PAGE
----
This thought, as it seems to me, may throw some light on the sufferings of the innocent.
Why Does The Innocent Suffer?
One of the hardest questions in the world is why the innocent should have to suffer so. There is no perfect answer to that question, nor ever shall be on this side of the grave. But is there not at least a partial answer in what I have been trying to say? If pain were a curse, and nothing but a curse, well might we doubt the justice on the throne; but, if pain be a ladder to a better life, then light falls on the sufferings of the innocent. It is not the anger of heaven that is smiting them. It may be the love of heaven that is blessing them. There are always tears and blood upon the steps that lead men heavenward to where the angels are. Mark you, not by the fraction of a pennyweight does that lighten the guilt of him who causes suffering. It only shows us how the love of God can take the curse and turn it to a blessing.
The Gospel and Pain
So I am led lastly to consider this, What has the Gospel done to help us to bear pain? I shall touch on three things which it has done.
The Gospel has quieted those questionings which are often sorer than the pain itself. It has helped us to believe that God is love, in the teeth of all the suffering in the world. Have you ever noticed about Jesus Christ that He was never perplexed by the great fact of pain? Death troubled Him, for He groaned in spirit and was troubled when He stood before the grave of Lazarus. But, though the fact of death troubled His soul, there is no trace that the dark fact of pain did so-and yet was there ever one on earth so sensitive to pain as Jesus Christ? Here was a man who saw pain at its bitterest, yet not for an instant did He doubt His Father. Here was One who had to suffer terribly, and yet, through all His sufferings, God loved Him-it is these facts which, for the believing soul, silence the obstinate questionings forever. We may not see why we should have to suffer. We may not see why our loved ones have to suffer. Now we know in part and see in part; we are but children crying in the night. But we see Jesus, and that sufficeth us. We see how He trusted. We know how He was loved. And knowing that, we may doubt many things, but we never can doubt the love of God again, nor Christ's promise never to leave us.
The Gospel has helped us here by giving us the hope of immortality. It has set our pain in quite a new environment, that of an eternal hope. I wonder if you have ever thought of the place and power of hope in human suffering? Hope is mighty in all we have to do; but it is mighty also in all we have to bear. When once you get the glow of a great hope right in the heart of what you have to suffer, I tell you that that suffering is transfigured. Two people may have to endure an equal agony--taken abstractly, the pains are much alike,--but the one sufferer may be a hopeless man, and the other a woman with the hope of motherhood; and who shall tell the difference there is in the bearing of everything that must be borne, through the presence or the absence of such hope? It is just there that Jesus Christ steps in. He has brought immortality to light. Our light affliction, which is but for a moment, worketh for us an exceeding weight of glory. Out of Christ, we thought it was unending. We thought we never should have strength to bear it. But now, against the background of the glory, our light affliction is but for a moment.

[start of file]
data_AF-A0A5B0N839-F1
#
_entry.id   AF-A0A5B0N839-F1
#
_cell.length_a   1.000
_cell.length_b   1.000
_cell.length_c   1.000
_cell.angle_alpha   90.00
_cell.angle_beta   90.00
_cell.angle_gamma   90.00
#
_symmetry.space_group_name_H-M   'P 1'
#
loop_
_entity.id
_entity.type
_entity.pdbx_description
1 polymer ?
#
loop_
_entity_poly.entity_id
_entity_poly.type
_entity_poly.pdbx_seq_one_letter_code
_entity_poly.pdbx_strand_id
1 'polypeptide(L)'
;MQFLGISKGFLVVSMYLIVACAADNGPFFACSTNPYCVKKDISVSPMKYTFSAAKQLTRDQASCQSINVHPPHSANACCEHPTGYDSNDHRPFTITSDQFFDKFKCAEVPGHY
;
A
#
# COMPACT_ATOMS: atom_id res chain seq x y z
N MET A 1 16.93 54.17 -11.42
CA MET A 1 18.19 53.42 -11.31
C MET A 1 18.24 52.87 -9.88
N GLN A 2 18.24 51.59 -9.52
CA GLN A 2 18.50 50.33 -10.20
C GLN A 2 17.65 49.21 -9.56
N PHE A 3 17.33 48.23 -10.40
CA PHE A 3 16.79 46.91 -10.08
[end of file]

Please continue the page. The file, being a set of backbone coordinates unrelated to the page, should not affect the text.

Christ has helped us to bear suffering by the medical science and skill he has inspired. And I close with that, just mentioning it because I am speaking on Hospital Sunday. It has been pointed out again and again that in the pagan world there were no hospitals. There were many noble women in that world, but not one of them ever dreamed of being a nurse. As a simple matter of historical fact, our hospitals are in the world today not because men are tenderer of heart, but because Jesus lived and Jesus died. Without Christ, we had had no Florence Nightingale--think what that would mean for British soldiers! Without Christ, we would never have had Lord Lister--think what that would have meant for countless sufferers! Without Christ, there had not been lying yonder, in the hospital which is so near me as I speak, poor men and women who are being tended by the finest skill that riches could command. For this thing will I be enquired of, saith the Lord. Yes, take a calm look at tonight. Tell me if you have ever realized what Jesus Christ has done for the community. If you have, go out and reverence Him. Go out into the night and call Him wonderful. Go out into the night and say, "God helping me, I shall follow that leader to the end.